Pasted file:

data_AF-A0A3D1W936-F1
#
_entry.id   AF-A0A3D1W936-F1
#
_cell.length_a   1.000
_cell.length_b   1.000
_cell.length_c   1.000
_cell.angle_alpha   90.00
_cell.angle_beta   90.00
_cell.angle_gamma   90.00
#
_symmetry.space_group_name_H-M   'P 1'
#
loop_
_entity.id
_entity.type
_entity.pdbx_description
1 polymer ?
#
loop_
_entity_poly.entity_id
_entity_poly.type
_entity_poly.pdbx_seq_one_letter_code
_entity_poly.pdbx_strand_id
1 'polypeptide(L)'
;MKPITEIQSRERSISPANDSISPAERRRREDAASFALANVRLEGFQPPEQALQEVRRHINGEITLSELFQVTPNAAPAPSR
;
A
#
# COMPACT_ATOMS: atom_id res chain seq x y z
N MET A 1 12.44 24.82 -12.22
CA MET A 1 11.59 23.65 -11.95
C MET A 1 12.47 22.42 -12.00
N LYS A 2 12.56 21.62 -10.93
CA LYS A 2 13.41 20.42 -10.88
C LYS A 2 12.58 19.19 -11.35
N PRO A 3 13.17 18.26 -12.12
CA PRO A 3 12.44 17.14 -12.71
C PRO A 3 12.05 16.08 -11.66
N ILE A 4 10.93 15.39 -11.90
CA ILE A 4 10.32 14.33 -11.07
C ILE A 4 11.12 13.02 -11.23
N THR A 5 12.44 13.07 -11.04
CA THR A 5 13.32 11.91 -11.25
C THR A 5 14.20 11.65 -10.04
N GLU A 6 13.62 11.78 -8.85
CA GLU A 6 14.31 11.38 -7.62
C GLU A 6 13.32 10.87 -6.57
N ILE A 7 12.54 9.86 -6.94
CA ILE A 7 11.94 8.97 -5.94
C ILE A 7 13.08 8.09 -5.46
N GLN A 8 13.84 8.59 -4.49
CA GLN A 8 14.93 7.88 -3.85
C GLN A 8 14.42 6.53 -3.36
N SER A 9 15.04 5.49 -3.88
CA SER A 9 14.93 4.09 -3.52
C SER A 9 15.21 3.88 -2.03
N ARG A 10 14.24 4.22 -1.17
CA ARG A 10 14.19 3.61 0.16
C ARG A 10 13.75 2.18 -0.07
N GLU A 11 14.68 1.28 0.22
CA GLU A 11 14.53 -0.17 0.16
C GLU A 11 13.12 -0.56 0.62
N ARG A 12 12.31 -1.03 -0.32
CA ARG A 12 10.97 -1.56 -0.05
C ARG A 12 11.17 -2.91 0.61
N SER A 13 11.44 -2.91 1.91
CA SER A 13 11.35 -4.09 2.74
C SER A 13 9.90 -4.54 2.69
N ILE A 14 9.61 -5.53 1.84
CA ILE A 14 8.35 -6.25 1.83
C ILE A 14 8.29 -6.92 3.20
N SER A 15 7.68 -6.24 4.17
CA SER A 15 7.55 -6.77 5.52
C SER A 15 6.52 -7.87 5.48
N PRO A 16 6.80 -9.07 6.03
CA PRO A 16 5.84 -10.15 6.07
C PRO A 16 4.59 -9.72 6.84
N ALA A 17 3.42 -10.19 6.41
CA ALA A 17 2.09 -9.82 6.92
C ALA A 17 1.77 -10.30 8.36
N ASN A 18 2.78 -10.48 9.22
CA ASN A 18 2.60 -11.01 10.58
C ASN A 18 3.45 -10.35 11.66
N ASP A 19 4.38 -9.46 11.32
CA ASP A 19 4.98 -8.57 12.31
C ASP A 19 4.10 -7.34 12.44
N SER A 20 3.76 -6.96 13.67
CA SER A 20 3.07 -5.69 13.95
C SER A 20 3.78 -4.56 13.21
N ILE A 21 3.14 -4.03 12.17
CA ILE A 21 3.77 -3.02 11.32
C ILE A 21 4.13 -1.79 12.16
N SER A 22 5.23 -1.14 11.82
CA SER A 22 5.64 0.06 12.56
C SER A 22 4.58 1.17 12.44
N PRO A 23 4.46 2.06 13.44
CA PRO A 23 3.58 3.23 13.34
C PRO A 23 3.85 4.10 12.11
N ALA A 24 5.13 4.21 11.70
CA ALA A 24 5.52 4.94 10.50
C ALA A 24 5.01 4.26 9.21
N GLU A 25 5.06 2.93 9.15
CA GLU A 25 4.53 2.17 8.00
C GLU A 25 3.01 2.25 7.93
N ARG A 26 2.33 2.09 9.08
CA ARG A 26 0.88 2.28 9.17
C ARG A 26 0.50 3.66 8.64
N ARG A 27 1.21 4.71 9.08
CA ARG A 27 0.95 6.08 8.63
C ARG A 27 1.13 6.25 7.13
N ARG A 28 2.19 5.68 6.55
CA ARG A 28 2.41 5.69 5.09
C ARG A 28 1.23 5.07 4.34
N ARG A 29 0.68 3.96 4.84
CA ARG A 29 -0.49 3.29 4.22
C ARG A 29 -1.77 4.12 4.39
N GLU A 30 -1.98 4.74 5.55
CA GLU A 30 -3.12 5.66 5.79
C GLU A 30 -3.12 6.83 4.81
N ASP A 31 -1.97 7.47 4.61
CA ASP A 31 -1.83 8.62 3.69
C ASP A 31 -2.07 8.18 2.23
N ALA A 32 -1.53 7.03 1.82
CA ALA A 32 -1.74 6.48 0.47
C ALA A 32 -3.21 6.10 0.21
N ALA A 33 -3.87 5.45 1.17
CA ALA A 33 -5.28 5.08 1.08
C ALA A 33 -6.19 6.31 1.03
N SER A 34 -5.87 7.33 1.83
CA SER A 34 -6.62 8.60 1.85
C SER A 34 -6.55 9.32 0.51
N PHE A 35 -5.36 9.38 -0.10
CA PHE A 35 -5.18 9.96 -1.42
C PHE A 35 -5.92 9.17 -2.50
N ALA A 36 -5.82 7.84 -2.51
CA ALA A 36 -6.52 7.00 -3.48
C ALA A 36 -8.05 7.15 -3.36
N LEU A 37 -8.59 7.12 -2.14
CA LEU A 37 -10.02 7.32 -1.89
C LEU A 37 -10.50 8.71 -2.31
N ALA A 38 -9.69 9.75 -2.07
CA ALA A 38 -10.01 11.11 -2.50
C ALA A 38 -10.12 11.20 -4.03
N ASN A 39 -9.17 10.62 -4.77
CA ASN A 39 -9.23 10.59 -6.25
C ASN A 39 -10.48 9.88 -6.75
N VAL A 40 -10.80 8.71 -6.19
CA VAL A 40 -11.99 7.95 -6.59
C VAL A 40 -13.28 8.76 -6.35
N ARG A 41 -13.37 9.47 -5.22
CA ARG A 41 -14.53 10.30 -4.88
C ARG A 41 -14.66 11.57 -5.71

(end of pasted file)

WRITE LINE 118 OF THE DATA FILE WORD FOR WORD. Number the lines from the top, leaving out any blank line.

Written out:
N GLU A 30 -1.98 4.74 5.55